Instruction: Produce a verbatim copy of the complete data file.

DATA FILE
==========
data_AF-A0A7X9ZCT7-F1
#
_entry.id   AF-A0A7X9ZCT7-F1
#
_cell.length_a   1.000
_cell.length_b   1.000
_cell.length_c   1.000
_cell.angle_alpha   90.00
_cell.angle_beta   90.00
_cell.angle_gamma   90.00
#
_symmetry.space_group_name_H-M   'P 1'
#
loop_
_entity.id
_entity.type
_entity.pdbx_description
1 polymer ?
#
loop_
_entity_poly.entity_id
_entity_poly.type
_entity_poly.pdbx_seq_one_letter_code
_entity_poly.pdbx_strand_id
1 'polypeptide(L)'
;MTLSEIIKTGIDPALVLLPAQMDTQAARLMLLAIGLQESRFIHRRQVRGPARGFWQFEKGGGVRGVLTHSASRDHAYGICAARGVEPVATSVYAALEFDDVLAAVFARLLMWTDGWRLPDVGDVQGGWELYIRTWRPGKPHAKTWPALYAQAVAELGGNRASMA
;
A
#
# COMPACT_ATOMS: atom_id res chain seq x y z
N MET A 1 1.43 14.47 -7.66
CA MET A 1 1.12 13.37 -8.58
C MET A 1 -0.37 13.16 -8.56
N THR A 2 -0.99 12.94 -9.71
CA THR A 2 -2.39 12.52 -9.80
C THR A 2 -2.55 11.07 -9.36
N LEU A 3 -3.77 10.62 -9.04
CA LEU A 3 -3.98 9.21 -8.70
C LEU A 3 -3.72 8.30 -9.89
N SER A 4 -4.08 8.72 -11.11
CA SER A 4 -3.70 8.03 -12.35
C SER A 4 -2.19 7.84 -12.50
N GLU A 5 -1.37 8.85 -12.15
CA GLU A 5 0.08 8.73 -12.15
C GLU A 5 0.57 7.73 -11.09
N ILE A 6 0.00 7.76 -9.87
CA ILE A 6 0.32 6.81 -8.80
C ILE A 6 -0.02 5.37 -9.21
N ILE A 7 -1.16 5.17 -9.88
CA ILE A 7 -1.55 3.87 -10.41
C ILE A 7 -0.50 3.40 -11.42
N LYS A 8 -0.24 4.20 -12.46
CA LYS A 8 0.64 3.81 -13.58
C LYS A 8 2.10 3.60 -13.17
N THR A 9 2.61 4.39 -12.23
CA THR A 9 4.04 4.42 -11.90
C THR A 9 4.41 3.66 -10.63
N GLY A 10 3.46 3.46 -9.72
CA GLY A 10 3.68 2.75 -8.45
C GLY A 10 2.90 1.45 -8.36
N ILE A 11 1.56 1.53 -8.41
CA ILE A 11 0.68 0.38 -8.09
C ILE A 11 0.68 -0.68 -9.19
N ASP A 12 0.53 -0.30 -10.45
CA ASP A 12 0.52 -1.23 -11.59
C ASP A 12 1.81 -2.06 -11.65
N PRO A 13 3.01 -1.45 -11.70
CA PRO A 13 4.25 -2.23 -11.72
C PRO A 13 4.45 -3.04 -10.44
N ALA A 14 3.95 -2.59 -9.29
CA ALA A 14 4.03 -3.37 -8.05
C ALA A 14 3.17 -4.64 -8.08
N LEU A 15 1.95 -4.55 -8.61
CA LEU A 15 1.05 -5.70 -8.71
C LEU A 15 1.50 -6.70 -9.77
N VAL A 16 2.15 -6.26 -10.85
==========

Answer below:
data_AF-A0A7X9ZCT7-F1
#
_entry.id   AF-A0A7X9ZCT7-F1
#
_cell.length_a   1.000
_cell.length_b   1.000
_cell.length_c   1.000
_cell.angle_alpha   90.00
_cell.angle_beta   90.00
_cell.angle_gamma   90.00
#
_symmetry.space_group_name_H-M   'P 1'
#
loop_
_entity.id
_entity.type
_entity.pdbx_description
1 polymer ?
#
loop_
_entity_poly.entity_id
_entity_poly.type
_entity_poly.pdbx_seq_one_letter_code
_entity_poly.pdbx_strand_id
1 'polypeptide(L)'
;MTLSEIIKTGIDPALVLLPAQMDTQAARLMLLAIGLQESRFIHRRQVRGPARGFWQFEKGGGVRGVLTHSASRDHAYGICAARGVEPVATSVYAALEFDDVLAAVFARLLMWTDGWRLPDVGDVQGGWELYIRTWRPGKPHAKTWPALYAQAVAELGGNRASMA
;
A
#
# COMPACT_ATOMS: atom_id res chain seq x y z
N MET A 1 1.43 14.47 -7.66
CA MET A 1 1.12 13.37 -8.58
C MET A 1 -0.37 13.16 -8.56
N THR A 2 -0.99 12.94 -9.71
CA THR A 2 -2.39 12.52 -9.80
C THR A 2 -2.55 11.07 -9.36
N LEU A 3 -3.77 10.62 -9.04
CA LEU A 3 -3.98 9.21 -8.70
C LEU A 3 -3.72 8.30 -9.89
N SER A 4 -4.08 8.72 -11.11
CA SER A 4 -3.70 8.03 -12.35
C SER A 4 -2.19 7.84 -12.50
N GLU A 5 -1.37 8.85 -12.15
CA GLU A 5 0.08 8.73 -12.15
C GLU A 5 0.57 7.73 -11.09
N ILE A 6 0.00 7.76 -9.87
CA ILE A 6 0.32 6.81 -8.80
C ILE A 6 -0.02 5.37 -9.21
N ILE A 7 -1.16 5.17 -9.88
CA ILE A 7 -1.55 3.87 -10.41
C ILE A 7 -0.50 3.40 -11.42
N LYS A 8 -0.24 4.20 -12.46
CA LYS A 8 0.64 3.81 -13.58
C LYS A 8 2.10 3.60 -13.17
N THR A 9 2.61 4.39 -12.23
CA THR A 9 4.04 4.42 -11.90
C THR A 9 4.41 3.66 -10.63
N GLY A 10 3.46 3.46 -9.72
CA GLY A 10 3.68 2.75 -8.45
C GLY A 10 2.90 1.45 -8.36
N ILE A 11 1.56 1.53 -8.41
CA ILE A 11 0.68 0.38 -8.09
C ILE A 11 0.68 -0.68 -9.19
N ASP A 12 0.53 -0.30 -10.45
CA ASP A 12 0.52 -1.23 -11.59
C ASP A 12 1.81 -2.06 -11.65
N PRO A 13 3.01 -1.45 -11.70
CA PRO A 13 4.25 -2.23 -11.72
C PRO A 13 4.45 -3.04 -10.44
N ALA A 14 3.95 -2.59 -9.29
CA ALA A 14 4.03 -3.37 -8.05
C ALA A 14 3.17 -4.64 -8.08
N LEU A 15 1.95 -4.55 -8.61
CA LEU A 15 1.05 -5.70 -8.71
C LEU A 15 1.50 -6.70 -9.77
N VAL A 16 2.15 -6.26 -10.85